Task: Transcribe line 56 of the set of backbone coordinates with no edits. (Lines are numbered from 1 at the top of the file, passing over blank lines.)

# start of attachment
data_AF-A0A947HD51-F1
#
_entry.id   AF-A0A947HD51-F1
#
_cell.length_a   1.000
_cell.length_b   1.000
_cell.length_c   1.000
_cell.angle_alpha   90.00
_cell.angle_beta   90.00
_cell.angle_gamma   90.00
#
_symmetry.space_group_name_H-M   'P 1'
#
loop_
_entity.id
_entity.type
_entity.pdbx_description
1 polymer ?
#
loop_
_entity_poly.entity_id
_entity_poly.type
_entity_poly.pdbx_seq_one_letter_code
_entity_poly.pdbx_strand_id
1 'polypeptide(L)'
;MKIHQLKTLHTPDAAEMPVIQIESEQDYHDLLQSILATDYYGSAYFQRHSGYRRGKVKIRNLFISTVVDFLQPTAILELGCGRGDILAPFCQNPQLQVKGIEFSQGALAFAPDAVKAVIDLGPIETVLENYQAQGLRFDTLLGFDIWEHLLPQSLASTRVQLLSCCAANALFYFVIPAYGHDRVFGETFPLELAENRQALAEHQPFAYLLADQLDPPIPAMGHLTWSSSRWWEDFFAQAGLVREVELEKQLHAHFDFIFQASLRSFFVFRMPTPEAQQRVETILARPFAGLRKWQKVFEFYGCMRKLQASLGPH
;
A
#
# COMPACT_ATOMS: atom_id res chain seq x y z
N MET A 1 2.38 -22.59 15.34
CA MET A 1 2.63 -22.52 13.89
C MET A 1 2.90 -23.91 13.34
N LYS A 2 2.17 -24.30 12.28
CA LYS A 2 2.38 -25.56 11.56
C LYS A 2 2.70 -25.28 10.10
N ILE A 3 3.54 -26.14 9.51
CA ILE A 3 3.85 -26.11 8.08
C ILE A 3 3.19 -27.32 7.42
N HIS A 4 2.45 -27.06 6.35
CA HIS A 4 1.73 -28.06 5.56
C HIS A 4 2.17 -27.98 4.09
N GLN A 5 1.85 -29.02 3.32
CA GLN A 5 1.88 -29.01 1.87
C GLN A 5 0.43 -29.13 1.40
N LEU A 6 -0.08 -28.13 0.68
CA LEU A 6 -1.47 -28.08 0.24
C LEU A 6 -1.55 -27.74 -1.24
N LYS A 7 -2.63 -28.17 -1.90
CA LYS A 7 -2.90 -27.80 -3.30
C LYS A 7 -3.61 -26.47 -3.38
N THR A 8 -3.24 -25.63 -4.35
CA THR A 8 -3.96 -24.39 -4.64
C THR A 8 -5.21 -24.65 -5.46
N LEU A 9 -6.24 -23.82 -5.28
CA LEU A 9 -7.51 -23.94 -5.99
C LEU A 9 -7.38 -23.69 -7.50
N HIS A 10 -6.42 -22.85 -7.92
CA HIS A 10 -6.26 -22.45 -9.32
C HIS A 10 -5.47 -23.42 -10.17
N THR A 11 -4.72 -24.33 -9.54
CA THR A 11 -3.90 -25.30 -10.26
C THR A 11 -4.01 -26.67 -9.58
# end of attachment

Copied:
CA LEU A 9 -7.51 -23.94 -5.99